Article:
Arriving late is the cool thing to do at the beach

THE BALTIMORE SUN

Ocean City -- I've gone to the beach to try to beat the heat.

I had to go somewhere. Maine seemed like a long drive. Switzerland was a little pricey.

In Baltimore, it's 95 degrees for like the 17th consecutive day. It's so hot that Cal Ripken refused to play anymore unless they let him wear cutoffs and a tank top.

So I packed up the car, laid down 200 bucks a night for a room with plastic cups in the bathroom and an ocean view.

The view is great. In fact, as I look out my window, I can see sea gulls dropping from the sky from heat prostration.

It's about 90 here. And the anticipated cool ocean breeze feels like something off the Sahara. I don't know whether to buy a bathing suit or a camel.

Here's my trip to the ocean so far: I'm huddled up against the air conditioner, sucking down that Freon like it's nectar.

Yes, I'm afraid to leave my room.

Don't get me wrong. I love the beach. The ocean speaks to me.

I love the beach, hate the sun.

Hate the heat.

Give me California beaches where it's 75 degrees and they've got cliffs and you don't feel out of place if you bring your own cell phone.

Better than that are the English beaches. Take Brighton. It's 60 there, on a good day. The only ones in the water are fishermen, or fish. You don't take a suit; you take rain gear.

For most people, though, the beach is a different experience. They go for the sun. You know these people. You may be one. Belong to sun-worshiping cults. Own George Hamilton decoder rings. They missed the news about skin cancer -- they were probably out sunbathing.

I did venture out briefly to examine this phenomenon. There were a couple of things I noticed.

It's crowded on the beach. Maybe "sea of people" is the wrong metaphor for an ocean beach, but you know what I mean. In some countries, lying that close to strangers in a state of relative undress can get you shot.

The beach brings the expected crowd. There are many, mostly young, women, lying on towels, tape players blasting in their ears, paperback books bleeding into the sand. They're the ones with the spritzers, spraying lotion on themselves, almost in time with the waves. They don't use the big umbrellas. It's just them and the sun and maybe the local burn unit.

The young guys, the hard bodies, are more likely to be strolling the beach, looking for young women. These guys are hard on middle-aged men, some of whom make clear the need for that thin pill.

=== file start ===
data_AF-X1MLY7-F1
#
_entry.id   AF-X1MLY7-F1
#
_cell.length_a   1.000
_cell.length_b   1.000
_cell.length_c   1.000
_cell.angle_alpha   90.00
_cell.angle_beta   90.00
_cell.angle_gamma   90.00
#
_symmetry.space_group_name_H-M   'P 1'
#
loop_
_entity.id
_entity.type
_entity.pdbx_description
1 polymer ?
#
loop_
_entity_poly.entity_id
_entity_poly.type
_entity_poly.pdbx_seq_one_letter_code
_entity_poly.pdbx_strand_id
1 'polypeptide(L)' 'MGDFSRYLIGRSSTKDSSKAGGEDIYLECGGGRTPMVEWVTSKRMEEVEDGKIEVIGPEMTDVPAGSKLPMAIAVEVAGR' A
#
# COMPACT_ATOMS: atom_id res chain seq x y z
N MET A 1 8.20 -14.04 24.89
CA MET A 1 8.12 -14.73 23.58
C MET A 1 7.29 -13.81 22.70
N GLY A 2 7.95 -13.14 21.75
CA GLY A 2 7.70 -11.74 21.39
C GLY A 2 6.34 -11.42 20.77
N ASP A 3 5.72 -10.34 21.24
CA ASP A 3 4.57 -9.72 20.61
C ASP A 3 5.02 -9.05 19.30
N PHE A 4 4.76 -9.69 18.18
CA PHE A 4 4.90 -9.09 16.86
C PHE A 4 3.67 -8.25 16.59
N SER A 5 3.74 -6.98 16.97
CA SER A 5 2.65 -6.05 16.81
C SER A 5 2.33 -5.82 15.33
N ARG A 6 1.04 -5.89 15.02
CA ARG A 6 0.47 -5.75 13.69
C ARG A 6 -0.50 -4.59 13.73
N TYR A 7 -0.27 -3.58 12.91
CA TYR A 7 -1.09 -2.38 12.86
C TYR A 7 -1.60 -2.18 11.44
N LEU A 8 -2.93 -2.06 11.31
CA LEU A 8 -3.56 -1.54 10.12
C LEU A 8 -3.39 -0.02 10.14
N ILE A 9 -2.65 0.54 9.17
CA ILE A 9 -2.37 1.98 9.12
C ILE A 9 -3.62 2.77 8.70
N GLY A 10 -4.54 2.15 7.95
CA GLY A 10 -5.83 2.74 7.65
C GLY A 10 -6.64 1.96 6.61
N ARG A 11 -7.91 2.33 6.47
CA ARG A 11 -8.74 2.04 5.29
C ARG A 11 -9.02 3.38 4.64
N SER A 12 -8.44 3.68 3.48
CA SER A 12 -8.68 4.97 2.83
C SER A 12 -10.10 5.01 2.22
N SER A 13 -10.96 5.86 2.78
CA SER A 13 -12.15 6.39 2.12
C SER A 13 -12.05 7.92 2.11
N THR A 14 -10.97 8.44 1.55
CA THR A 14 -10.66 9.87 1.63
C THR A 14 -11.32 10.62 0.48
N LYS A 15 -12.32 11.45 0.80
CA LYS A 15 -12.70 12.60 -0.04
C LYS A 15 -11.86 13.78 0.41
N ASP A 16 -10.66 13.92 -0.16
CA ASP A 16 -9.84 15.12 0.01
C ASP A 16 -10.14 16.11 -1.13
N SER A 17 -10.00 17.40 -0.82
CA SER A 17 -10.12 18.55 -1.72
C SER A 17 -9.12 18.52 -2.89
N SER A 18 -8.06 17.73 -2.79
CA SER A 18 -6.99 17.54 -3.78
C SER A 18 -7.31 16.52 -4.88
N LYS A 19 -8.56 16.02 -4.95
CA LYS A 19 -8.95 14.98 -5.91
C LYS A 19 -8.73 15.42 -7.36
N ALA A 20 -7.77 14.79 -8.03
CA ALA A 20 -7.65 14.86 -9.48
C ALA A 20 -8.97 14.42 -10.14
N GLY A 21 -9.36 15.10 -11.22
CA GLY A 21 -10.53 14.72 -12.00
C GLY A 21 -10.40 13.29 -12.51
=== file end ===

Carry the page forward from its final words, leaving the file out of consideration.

I keep the T-shirt on and hope that works. But if your body is no longer hard, it's still probably basically tattoo-free. Which has to make you feel good.

The beach is the best place to examine the tattoo craze. It seems like everyone under 25 has one. At the beach you can't hide that turtle on your chest or the butterfly on your thigh. No more "Mom" with a heart and an arrow. These are people who never had a Harley.

They've got tans, though.

I don't want a tan. I want cool.

By the time I got back to the room, I was shvitzing like Albert Brooks in "Broadcast News."

There are only two times to go to the beach in this weather -- before 10 or after 4. The thing is, anyone who leaves his room before 10 while on vacation either has small children (who beg you to take them to the beach and then, almost immediately, beg you to leave) or is nuts.

By nuts, I mean people who like to hike or meet the sunrise or eat salads even while on vacation.

I'm not nuts. I head down around 4, maybe 5. I take a book and something cool to drink. The beach is emptying out by then. Children need to change. Parents need a break. Teen-agers need to plan their night on the boardwalk. Young adults need to visit happy hour. Later, they'll all meet at the all-you-can-eat buffets.

The wind's still blowing about 40, but it's getting cooler. The remaining small children have to be tethered.

I go into the water, like Bruce Dern in "Coming Home." I ride waves. I float. I stay, like when I was a kid, until I turn literally blue, till my teeth are chattering so hard that fillings are flying everywhere, till hypothermia has just about set in.

Then I sun-bathe, in a fashion. I sit under an umbrella, wrapped in towels and wraparound shades, sipping something cool, and reading a soothing book, maybe something about nuclear winter.

What heat wave?

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